On “non-baptist reformed doctrine” in the Southern Baptist Convention
I don’t often check the blog of Dr. Ergun Caner, mainly due to the fact that he posts so rarely. So I was interested to see the news, posted December 18, 2007, that Dr. Caner is leading Liberty Theological Seminary to change its name back to Liberty Baptist Theological Seminary. (Read the entire article HERE.) Now, as a student of the Southern Baptist Theological Seminary, I’m all for the word “Baptist” appearing in the name of a seminary in which Baptist distinctives are promoted- in my opinion this is a simple matter of ‘truth in advertising.’ But the more interesting part is the specific reasons Dr. Caner gives for revising the name of Liberty Theological Seminary. Caner states:
…much as changed, both here at Liberty University and in the Southern Baptist Convention. Too many schools have Baptist in their name but not in their doctrine. Some have drifted into liberalism and cultural relativism; still others remain orthodox, but have drifted toward non-Baptist reformed doctrine and cultural isolationism. For us, this was our line in the sand. We want to build bridges to a lost world without burning the bridges of our doctrinal heritage. We are putting Baptist back in our name, and taking back a term that has been misused.
Notice first that Dr. Caner links “reformed doctrine” with “liberalism” and “relativism,” creating a list that seeks to established guilt by [entirely undefined] association in the same manner Dr. Jerry Vines attempted with his “Baptist Battles” sermon series back in 2006.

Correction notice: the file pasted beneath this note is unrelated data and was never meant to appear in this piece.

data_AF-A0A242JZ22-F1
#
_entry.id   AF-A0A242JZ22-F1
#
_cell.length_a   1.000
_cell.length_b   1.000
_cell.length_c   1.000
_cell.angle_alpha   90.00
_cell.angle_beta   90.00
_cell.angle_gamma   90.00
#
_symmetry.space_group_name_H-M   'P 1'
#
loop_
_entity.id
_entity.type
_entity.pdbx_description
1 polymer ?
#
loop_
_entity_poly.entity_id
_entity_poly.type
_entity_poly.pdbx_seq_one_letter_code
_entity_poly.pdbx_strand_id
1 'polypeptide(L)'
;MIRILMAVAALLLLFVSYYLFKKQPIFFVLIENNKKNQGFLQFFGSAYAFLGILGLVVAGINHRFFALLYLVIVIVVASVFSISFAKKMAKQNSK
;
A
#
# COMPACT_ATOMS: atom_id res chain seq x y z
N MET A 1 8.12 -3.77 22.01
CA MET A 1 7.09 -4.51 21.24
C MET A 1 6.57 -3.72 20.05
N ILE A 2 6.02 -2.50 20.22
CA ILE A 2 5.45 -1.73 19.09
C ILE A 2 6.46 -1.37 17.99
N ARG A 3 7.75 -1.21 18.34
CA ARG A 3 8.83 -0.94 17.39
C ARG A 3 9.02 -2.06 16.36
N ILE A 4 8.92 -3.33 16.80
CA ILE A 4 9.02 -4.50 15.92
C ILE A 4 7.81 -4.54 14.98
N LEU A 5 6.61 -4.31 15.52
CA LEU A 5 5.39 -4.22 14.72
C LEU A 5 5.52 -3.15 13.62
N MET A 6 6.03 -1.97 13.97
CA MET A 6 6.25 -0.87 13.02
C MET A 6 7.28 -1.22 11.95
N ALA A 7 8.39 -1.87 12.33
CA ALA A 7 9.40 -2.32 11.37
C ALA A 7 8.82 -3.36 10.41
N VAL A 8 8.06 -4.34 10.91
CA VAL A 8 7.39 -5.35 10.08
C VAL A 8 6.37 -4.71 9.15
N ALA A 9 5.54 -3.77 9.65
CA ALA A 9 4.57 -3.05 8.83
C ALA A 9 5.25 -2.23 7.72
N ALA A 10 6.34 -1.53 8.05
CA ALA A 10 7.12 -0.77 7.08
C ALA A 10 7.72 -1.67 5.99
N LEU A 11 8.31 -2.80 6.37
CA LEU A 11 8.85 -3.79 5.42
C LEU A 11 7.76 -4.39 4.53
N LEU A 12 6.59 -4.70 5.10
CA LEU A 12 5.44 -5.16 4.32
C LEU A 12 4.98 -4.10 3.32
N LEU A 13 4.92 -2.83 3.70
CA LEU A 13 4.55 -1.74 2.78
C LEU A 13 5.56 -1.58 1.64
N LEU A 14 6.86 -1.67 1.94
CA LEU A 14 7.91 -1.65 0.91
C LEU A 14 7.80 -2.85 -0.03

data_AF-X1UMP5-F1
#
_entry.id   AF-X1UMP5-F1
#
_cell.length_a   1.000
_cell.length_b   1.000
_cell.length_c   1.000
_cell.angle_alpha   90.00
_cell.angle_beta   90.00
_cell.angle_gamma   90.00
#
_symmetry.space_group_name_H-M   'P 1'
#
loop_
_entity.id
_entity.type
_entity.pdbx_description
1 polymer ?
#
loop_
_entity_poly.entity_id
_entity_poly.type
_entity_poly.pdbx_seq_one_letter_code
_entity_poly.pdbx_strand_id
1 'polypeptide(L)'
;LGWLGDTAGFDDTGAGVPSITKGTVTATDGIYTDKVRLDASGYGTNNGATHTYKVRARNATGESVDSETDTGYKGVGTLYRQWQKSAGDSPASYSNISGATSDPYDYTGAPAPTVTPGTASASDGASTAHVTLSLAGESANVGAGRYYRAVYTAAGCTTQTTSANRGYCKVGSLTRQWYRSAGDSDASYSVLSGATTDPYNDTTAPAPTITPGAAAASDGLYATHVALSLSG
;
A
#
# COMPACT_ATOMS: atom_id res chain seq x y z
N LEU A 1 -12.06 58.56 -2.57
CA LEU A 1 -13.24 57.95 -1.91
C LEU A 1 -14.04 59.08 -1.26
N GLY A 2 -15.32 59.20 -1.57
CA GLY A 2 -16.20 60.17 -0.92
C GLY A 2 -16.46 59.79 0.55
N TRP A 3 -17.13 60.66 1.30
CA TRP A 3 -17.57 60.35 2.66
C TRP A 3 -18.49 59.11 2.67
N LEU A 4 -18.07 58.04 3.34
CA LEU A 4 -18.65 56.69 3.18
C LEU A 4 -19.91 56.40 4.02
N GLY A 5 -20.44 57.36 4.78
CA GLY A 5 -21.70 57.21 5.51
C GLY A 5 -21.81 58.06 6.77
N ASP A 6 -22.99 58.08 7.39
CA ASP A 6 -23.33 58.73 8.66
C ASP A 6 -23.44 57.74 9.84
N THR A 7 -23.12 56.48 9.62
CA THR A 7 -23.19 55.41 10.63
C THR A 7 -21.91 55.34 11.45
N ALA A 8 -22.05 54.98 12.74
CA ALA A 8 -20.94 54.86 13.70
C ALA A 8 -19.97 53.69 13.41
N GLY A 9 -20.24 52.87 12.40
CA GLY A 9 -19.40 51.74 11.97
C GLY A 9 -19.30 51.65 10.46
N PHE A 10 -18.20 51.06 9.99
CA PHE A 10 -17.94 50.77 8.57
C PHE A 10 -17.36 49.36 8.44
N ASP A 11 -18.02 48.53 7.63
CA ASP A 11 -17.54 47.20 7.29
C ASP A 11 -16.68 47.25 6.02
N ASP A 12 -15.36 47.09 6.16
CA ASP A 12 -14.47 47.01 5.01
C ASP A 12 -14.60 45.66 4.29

Also note that Dr. Caner does not define what he means by “non-baptist reformed doctrine.” Does he mean the reformed doctrine defended by P.H. Mell, one of the original delegates who helped found the Southern Baptist Convention and went on to be President of the Convention for a total of seventeen years? Does he mean the reformed theology explained by J.L. Dagg, the first writing Southern Baptist Theologian, who wrote, “All who will finally be saved, were chosen to salvation by God the Father, before the foundation of the world, and given to Jesus Christ in the Covenant of Grace” [J. L. Dagg, Manual of Theology (1857; reprint, Harrisonburg, VA: Gano Books, 1982), 305]? Does he mean the reformed theology taught by J.P. Boyce, the first president of the Southern Baptist Theological Seminary, who wrote, “Election is an act of God, and not a result of the choice of the Elect… This choice is one of individuals and not classes… election is made through the mere good pleasure of God” [J.P. Boyce, Abstract of Systematic Theology (1887; reprint, Cape Coral, FL: Founders Press, 2006), 348-350]? Does he mean the reformed theology celebrated by many of the pastors and teachers at the recent Building Bridges conference, to which his article alludes? A consideration of Mell, Dagg, and Boyce show that a reformed understanding of God’s sovereignty in salvation is far from “non-baptist.” Perhaps Dr. Caner means to indicate some other kind of “non-baptist reformed doctrine,” but if he really means to assert that there are Southern Baptist churches holding to a reformed doctrine of infant baptism, then he needs to give specific examples.Explore posts in the same categories: Other Anti-Calvinism